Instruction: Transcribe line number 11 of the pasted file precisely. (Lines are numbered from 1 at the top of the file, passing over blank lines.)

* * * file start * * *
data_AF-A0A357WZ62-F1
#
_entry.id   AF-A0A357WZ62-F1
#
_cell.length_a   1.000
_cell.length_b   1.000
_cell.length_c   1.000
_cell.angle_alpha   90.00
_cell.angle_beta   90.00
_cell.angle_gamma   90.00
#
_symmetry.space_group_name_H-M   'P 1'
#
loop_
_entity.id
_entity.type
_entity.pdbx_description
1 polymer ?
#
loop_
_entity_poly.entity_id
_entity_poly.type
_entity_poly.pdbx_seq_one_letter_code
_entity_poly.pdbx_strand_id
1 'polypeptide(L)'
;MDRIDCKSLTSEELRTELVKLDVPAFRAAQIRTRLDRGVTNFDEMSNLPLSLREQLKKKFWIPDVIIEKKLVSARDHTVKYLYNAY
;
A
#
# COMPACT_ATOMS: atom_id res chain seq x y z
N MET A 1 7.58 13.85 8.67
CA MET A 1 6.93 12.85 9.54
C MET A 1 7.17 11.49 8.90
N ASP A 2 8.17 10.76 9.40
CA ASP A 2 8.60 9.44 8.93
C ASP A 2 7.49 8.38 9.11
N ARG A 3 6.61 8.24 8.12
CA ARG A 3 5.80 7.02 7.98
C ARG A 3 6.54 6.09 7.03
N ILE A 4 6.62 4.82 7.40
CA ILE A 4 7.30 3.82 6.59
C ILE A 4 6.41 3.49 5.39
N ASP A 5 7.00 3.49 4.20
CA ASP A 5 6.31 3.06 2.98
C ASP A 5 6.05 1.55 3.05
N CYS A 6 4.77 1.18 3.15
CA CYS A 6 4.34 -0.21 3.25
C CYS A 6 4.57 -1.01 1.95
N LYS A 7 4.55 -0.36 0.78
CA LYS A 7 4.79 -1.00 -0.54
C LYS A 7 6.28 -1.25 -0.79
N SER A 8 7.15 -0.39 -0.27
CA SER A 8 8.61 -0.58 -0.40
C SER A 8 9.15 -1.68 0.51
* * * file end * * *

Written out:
#